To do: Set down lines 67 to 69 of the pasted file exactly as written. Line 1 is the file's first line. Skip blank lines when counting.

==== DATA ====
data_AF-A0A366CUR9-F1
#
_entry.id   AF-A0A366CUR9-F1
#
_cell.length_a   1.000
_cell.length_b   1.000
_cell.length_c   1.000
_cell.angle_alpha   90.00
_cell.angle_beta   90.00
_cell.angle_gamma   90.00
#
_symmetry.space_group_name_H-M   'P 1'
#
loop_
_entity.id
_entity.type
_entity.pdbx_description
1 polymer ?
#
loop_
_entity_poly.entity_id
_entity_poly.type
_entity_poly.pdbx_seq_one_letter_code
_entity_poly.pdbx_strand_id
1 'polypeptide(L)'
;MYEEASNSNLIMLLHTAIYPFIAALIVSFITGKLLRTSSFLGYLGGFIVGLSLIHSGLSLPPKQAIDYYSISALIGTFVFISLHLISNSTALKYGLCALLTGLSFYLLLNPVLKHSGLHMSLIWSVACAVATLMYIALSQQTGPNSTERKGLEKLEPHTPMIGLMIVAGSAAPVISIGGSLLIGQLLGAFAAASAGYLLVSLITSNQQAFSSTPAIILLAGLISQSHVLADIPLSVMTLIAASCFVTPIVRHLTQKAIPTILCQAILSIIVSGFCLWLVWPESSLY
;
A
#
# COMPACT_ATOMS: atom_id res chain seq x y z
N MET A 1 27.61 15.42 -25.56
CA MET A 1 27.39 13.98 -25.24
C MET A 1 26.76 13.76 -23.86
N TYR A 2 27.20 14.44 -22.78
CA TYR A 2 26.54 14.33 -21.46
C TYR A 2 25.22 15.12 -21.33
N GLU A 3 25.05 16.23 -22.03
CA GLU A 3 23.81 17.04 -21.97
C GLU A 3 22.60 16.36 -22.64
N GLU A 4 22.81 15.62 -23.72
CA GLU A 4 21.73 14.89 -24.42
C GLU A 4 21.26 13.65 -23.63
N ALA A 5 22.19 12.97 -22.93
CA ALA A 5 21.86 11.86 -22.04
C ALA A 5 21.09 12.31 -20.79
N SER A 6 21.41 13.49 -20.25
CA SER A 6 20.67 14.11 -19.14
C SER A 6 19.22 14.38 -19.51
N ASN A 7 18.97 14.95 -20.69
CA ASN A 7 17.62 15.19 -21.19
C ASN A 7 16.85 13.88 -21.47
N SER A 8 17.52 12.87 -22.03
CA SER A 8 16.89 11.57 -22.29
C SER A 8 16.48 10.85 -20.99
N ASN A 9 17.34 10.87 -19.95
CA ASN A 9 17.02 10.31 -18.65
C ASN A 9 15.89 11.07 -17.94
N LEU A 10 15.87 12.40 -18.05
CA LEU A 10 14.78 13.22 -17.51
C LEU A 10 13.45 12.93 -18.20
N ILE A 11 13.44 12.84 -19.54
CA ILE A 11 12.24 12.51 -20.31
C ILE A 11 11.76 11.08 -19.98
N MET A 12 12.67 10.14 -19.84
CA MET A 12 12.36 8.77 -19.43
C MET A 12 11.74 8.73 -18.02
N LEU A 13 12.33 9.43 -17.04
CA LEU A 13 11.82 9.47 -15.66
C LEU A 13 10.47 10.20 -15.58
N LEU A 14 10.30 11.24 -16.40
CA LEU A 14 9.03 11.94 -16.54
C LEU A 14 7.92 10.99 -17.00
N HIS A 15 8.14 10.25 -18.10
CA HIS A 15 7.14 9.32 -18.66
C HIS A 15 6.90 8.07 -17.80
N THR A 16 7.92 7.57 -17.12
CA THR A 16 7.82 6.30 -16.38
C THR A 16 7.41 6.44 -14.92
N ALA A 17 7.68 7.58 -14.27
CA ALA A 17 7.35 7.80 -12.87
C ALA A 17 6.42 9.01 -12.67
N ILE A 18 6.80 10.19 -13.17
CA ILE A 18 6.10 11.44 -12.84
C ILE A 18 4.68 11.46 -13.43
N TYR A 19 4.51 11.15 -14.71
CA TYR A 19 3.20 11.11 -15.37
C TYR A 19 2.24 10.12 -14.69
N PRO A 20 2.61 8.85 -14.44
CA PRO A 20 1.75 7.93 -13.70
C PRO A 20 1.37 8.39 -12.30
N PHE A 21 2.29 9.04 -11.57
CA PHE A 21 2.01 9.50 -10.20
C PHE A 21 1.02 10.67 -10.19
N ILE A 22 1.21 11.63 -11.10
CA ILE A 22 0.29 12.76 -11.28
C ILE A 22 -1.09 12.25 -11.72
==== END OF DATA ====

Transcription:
N LEU A 13 12.33 9.43 -17.04
CA LEU A 13 11.82 9.47 -15.66
C LEU A 13 10.47 10.20 -15.58